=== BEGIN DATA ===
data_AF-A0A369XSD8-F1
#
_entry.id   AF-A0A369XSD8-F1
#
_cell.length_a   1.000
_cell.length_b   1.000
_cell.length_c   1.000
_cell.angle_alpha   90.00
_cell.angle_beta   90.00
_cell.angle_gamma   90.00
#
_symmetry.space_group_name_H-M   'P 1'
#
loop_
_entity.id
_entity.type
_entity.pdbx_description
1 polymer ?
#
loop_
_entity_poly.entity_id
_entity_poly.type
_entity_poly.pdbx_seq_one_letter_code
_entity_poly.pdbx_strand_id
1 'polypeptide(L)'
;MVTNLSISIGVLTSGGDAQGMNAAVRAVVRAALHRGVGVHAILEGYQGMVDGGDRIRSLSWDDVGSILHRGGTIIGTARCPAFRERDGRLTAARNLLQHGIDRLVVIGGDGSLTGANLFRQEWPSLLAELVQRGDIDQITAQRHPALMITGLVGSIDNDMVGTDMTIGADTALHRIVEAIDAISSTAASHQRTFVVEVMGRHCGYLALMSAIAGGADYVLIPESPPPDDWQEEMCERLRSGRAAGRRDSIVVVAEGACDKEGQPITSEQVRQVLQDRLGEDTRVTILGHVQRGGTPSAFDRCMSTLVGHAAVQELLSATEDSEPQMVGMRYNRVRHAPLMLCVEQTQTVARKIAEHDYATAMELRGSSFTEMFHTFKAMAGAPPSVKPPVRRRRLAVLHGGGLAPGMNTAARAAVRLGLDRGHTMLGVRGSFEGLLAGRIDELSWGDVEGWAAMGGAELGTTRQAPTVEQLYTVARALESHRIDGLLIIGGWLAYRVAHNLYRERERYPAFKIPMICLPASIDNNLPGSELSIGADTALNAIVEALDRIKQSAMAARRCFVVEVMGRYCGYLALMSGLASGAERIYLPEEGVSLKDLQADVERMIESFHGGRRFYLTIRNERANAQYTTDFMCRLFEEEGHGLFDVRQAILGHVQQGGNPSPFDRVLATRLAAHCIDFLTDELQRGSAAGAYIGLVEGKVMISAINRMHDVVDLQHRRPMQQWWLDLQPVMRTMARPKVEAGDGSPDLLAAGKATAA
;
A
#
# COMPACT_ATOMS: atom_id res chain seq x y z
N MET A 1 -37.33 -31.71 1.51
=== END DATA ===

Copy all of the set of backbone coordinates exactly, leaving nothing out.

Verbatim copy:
data_AF-A0A369XSD8-F1
#
_entry.id   AF-A0A369XSD8-F1
#
_cell.length_a   1.000
_cell.length_b   1.000
_cell.length_c   1.000
_cell.angle_alpha   90.00
_cell.angle_beta   90.00
_cell.angle_gamma   90.00
#
_symmetry.space_group_name_H-M   'P 1'
#
loop_
_entity.id
_entity.type
_entity.pdbx_description
1 polymer ?
#
loop_
_entity_poly.entity_id
_entity_poly.type
_entity_poly.pdbx_seq_one_letter_code
_entity_poly.pdbx_strand_id
1 'polypeptide(L)'
;MVTNLSISIGVLTSGGDAQGMNAAVRAVVRAALHRGVGVHAILEGYQGMVDGGDRIRSLSWDDVGSILHRGGTIIGTARCPAFRERDGRLTAARNLLQHGIDRLVVIGGDGSLTGANLFRQEWPSLLAELVQRGDIDQITAQRHPALMITGLVGSIDNDMVGTDMTIGADTALHRIVEAIDAISSTAASHQRTFVVEVMGRHCGYLALMSAIAGGADYVLIPESPPPDDWQEEMCERLRSGRAAGRRDSIVVVAEGACDKEGQPITSEQVRQVLQDRLGEDTRVTILGHVQRGGTPSAFDRCMSTLVGHAAVQELLSATEDSEPQMVGMRYNRVRHAPLMLCVEQTQTVARKIAEHDYATAMELRGSSFTEMFHTFKAMAGAPPSVKPPVRRRRLAVLHGGGLAPGMNTAARAAVRLGLDRGHTMLGVRGSFEGLLAGRIDELSWGDVEGWAAMGGAELGTTRQAPTVEQLYTVARALESHRIDGLLIIGGWLAYRVAHNLYRERERYPAFKIPMICLPASIDNNLPGSELSIGADTALNAIVEALDRIKQSAMAARRCFVVEVMGRYCGYLALMSGLASGAERIYLPEEGVSLKDLQADVERMIESFHGGRRFYLTIRNERANAQYTTDFMCRLFEEEGHGLFDVRQAILGHVQQGGNPSPFDRVLATRLAAHCIDFLTDELQRGSAAGAYIGLVEGKVMISAINRMHDVVDLQHRRPMQQWWLDLQPVMRTMARPKVEAGDGSPDLLAAGKATAA
;
A
#
# COMPACT_ATOMS: atom_id res chain seq x y z
N MET A 1 -37.33 -31.71 1.51